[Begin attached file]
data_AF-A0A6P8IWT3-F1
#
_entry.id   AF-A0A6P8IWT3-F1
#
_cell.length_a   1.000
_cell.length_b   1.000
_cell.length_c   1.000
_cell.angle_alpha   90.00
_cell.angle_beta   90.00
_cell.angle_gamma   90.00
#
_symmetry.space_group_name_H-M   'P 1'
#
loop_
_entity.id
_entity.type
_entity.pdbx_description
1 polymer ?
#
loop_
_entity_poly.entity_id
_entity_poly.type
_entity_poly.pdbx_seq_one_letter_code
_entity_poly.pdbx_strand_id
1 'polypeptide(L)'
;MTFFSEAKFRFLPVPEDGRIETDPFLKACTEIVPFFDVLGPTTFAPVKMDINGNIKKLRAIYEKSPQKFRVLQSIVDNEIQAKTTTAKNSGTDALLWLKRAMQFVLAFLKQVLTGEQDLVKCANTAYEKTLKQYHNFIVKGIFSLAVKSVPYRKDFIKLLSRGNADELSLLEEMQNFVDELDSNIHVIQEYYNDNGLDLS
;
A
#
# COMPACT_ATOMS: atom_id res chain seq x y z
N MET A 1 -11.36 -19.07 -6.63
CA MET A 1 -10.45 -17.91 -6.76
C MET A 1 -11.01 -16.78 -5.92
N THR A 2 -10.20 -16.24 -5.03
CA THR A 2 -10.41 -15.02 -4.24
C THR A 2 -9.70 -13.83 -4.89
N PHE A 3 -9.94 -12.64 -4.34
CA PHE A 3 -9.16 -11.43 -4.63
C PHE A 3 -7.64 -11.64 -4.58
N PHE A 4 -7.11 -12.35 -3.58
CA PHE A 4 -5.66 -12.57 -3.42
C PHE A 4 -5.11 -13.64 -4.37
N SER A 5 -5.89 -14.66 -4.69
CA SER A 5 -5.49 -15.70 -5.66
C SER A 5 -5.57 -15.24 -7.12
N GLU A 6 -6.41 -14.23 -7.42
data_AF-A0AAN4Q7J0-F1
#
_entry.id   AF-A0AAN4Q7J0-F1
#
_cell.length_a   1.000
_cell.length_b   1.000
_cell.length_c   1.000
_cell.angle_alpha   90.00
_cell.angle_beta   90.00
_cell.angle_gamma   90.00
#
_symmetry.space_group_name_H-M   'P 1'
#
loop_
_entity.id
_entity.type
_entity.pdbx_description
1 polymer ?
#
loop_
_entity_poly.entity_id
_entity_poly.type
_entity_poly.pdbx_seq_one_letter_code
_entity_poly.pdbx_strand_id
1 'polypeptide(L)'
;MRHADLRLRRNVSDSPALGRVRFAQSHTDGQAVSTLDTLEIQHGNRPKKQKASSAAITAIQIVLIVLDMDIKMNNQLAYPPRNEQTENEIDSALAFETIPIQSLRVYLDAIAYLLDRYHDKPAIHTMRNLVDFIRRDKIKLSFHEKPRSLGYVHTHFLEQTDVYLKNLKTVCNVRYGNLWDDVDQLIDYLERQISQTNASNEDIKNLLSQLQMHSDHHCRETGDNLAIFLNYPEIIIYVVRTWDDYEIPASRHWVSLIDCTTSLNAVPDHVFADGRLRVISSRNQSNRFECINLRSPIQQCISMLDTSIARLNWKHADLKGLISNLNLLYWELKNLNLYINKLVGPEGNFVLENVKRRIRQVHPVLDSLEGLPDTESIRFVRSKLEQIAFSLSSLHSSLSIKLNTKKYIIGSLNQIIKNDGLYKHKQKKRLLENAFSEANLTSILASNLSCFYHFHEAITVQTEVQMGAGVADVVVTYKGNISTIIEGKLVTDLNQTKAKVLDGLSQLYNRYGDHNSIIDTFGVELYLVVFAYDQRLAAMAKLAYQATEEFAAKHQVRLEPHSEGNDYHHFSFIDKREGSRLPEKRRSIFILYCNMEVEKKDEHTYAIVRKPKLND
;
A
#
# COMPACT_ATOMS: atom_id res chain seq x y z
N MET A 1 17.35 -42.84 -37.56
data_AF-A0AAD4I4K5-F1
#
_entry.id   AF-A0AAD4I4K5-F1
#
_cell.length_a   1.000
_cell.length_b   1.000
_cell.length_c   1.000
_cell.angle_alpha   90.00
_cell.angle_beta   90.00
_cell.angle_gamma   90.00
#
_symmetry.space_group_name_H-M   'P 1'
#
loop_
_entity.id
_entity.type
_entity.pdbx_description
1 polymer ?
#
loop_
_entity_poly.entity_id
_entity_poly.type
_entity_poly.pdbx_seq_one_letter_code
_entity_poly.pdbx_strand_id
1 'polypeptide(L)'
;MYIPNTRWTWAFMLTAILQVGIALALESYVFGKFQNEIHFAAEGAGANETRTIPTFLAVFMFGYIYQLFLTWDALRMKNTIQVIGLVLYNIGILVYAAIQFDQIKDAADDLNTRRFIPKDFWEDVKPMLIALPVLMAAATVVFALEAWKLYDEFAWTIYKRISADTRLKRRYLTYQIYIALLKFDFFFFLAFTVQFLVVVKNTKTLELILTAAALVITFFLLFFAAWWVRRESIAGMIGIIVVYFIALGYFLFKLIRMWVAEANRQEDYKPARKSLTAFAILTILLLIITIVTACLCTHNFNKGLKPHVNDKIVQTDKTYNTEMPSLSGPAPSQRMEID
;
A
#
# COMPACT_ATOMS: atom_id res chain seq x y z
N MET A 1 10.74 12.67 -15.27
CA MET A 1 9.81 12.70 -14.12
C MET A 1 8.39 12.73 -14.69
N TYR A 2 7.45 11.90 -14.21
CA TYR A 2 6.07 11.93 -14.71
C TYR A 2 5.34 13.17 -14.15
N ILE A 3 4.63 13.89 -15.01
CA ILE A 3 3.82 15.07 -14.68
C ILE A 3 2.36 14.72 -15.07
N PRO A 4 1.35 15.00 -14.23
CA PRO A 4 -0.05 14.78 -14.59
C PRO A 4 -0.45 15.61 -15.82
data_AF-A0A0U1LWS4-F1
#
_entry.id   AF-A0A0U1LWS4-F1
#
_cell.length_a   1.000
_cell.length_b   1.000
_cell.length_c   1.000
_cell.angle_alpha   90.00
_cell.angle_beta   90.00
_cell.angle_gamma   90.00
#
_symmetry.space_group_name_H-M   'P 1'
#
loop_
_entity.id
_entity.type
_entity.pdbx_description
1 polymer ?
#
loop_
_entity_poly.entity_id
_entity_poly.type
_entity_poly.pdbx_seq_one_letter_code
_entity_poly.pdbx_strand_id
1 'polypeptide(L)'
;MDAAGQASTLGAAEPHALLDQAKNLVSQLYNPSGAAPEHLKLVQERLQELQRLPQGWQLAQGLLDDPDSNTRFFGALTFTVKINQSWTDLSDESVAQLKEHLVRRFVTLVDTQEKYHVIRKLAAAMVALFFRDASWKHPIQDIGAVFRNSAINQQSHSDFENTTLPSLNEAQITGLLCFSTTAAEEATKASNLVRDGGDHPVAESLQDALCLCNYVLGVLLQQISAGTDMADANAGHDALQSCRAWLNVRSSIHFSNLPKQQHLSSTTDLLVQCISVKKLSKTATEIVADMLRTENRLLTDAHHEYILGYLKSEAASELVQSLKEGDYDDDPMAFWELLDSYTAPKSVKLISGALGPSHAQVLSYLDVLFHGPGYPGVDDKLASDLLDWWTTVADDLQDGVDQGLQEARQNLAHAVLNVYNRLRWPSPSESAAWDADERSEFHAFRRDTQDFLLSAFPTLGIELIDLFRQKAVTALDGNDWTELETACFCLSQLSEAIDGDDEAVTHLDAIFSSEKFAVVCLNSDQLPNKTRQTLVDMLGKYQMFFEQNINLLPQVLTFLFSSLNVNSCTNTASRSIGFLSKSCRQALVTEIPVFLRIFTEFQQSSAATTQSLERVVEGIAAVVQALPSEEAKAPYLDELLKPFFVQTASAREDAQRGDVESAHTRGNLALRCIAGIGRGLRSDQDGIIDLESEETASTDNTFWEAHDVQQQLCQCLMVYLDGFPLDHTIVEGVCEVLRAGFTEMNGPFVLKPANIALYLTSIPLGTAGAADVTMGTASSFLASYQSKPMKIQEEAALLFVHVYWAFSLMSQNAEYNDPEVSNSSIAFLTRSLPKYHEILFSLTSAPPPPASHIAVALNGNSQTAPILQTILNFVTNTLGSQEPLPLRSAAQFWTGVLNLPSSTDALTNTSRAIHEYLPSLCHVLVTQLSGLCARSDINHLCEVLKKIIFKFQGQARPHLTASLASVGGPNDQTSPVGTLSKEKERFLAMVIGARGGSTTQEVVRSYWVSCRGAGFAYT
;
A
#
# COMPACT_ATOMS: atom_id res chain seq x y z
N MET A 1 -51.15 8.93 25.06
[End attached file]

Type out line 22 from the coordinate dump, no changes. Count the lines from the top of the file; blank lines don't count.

_entity_poly.type